Volume 8, Issue 1, March 2019, Page: 14-19
Profitability of Investment and Farm Level Efficiency Among Groups of Vitamin A Cassava Farmers in Oyo State Nigeria
Ogunleye Ayodeji Sunday, Department of Agricultural Economics, Obafemi Awolowo University, Ile-Ife, Nigeria
Bamire Adebayo Simeon, Department of Agricultural Economics, Obafemi Awolowo University, Ile-Ife, Nigeria
Awolola Olatundun, Department of Agricultural Economics, Obafemi Awolowo University, Ile-Ife, Nigeria
Received: Aug. 27, 2018;       Accepted: Sep. 21, 2018;       Published: Feb. 27, 2019
DOI: 10.11648/j.eco.20190801.13      View  150      Downloads  27
Abstract
Biofortified (vitamin A) cassava was developed through convectional breeding similar to most other improved varieties cultivated by Nigeria farmers. Despite its potential in addressing the increasing food demand and malnutrition in the country, lack of empirical knowledge about its yield and return on investment has been a major barrier to the uptake of this technology among farmers in Nigeria. This study examined the socio-economic characteristics of vitamin A cassava farmers; analyzed farm level efficiency and return on investment from vitamin A cassava in the study area; determined the factors affecting farm level efficiency and productivity, and examined the constraint to productivity and profitability among vitamin A cassava farmers. A multistage random sampling was used to select a total of 100 vitamin A cassava farmers in the study area. The data collected were analyzed using descriptive statistics, stochastic frontier production function (SFPF), profitability ratio and regression analysis. The results indicated that investing in vitamin A cassava as a business was very profitable. The result showed that 82% of the respondents were male, the mean age of the farmers was 53.25, 49% had only primary school certificate education, 66% farmed on the land between 1-2 hectares. The result further showed that on the average, total revenue was N261511.90, the total variable cost was N87754, gross margin was N173757.9, total cost was N179828.8, and net income was N81683.05. Mean technical efficiency was 78.73%. The study concluded that vitamin A cassava production in the study area was efficient and profitable. These results have implications for the design of effective advocacy strategies to attract more farmers into vitamin A cassava production in Nigeria.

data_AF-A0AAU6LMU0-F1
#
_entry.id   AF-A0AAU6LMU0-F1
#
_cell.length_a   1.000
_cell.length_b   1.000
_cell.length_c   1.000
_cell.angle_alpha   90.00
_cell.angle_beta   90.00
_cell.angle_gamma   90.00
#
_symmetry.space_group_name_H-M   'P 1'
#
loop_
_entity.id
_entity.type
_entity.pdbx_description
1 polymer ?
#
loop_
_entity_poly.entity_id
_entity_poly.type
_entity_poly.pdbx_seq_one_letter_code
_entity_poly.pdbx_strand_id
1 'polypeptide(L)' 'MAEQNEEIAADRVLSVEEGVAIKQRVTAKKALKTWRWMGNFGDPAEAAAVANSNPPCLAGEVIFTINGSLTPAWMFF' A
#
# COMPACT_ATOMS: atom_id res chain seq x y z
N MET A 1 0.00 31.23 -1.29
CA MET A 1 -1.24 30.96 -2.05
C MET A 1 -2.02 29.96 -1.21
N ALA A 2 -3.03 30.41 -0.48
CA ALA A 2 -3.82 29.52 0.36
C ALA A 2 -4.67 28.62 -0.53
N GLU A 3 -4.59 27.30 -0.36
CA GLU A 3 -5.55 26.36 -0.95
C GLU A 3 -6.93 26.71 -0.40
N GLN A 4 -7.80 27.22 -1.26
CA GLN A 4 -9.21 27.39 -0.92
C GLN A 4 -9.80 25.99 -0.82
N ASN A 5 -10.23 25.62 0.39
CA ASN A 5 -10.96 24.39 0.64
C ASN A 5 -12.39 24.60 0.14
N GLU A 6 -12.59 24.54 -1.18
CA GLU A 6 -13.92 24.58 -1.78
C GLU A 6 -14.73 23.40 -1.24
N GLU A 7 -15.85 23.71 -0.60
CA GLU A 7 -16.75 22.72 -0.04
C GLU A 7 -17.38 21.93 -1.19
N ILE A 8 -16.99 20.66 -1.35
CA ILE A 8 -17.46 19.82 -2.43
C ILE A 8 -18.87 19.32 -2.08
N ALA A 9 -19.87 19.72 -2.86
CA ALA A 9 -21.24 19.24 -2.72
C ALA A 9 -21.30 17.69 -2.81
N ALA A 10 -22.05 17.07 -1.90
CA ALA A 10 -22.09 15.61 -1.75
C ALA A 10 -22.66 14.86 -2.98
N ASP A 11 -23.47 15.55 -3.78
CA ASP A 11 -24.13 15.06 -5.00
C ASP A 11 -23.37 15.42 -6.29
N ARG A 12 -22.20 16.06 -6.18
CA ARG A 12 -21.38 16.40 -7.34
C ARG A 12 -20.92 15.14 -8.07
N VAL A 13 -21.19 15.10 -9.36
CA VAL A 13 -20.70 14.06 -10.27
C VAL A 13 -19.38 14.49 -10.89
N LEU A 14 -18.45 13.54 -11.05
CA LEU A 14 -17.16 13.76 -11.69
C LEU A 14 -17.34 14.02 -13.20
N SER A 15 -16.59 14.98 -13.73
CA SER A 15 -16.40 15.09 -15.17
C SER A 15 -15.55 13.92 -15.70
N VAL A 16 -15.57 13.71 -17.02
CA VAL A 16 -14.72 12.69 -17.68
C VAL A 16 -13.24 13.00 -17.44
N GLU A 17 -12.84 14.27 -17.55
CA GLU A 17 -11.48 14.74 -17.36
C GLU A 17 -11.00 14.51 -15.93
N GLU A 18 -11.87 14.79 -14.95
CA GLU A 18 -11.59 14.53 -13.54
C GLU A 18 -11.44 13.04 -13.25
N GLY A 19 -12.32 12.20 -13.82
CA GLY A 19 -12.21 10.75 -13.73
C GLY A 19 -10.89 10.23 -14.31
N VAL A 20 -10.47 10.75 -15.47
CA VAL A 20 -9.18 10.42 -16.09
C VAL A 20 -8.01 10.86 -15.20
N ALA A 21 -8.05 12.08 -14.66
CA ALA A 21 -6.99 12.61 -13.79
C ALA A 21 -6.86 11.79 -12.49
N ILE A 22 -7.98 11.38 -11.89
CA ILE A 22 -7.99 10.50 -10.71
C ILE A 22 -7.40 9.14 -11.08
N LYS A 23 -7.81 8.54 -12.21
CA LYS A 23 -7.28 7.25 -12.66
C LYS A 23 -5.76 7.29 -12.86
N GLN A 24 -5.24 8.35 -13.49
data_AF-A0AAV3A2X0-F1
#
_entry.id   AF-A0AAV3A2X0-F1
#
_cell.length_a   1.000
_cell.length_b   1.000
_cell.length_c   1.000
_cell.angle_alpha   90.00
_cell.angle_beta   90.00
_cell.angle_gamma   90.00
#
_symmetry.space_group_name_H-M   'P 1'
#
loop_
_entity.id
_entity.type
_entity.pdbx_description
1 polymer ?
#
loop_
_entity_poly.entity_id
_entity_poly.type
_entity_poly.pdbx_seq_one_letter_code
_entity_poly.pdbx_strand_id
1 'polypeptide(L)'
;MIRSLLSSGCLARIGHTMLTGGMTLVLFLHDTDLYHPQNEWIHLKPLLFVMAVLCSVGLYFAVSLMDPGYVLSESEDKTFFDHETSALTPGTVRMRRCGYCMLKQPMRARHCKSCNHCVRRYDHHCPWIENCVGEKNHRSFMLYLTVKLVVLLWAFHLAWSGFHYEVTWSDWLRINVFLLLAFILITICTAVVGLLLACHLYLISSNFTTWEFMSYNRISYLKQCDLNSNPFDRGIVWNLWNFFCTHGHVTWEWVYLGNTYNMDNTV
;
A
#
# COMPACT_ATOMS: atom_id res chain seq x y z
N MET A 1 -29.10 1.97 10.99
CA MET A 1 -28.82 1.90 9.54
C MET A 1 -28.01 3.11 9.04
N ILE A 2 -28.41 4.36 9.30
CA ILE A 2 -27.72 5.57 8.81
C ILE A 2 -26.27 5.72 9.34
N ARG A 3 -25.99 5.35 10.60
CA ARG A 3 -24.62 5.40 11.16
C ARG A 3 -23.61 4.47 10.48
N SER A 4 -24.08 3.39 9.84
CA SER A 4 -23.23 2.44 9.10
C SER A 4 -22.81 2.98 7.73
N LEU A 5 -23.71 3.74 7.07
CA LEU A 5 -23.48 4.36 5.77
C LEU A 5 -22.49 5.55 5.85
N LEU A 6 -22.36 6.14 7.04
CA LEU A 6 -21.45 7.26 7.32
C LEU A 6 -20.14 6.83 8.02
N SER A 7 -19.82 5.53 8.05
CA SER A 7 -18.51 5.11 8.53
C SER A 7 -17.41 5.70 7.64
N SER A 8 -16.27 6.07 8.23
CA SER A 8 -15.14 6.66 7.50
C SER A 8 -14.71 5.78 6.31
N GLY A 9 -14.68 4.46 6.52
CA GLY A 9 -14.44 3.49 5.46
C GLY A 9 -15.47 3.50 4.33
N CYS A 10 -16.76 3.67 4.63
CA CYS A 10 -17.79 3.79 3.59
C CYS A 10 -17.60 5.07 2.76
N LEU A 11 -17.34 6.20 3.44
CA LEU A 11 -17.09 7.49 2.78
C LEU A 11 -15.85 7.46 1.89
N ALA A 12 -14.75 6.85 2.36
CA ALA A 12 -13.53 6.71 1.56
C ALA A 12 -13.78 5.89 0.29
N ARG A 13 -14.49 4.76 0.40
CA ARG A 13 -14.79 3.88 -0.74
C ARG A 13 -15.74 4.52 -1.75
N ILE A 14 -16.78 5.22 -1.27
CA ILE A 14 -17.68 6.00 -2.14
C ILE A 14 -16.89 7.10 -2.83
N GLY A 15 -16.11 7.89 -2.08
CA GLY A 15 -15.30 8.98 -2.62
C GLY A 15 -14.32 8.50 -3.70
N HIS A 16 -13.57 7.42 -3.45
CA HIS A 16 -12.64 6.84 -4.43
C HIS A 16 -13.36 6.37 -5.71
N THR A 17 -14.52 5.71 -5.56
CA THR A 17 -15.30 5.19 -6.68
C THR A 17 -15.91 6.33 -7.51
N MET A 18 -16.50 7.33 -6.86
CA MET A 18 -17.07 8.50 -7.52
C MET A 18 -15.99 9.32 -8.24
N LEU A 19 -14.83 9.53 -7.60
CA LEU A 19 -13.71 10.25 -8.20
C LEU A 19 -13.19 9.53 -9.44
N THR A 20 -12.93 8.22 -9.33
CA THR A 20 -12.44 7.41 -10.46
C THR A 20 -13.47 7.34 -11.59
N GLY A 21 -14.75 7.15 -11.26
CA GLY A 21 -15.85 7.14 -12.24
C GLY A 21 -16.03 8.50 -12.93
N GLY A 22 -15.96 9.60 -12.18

Keywords
Profitability, Vitamin A Cassava, Technical Efficiency
To cite this article
Ogunleye Ayodeji Sunday, Bamire Adebayo Simeon, Awolola Olatundun, Profitability of Investment and Farm Level Efficiency Among Groups of Vitamin A Cassava Farmers in Oyo State Nigeria, Economics. Vol. 8, No. 1, 2019, pp. 14-19. doi: 10.11648/j.eco.20190801.13
Copyright
Copyright © 2019 Authors retain the copyright of this article.
This article is an open access article distributed under the Creative Commons Attribution License (http://creativecommons.org/licenses/by/4.0/) which permits unrestricted use, distribution, and reproduction in any medium, provided the original work is properly cited.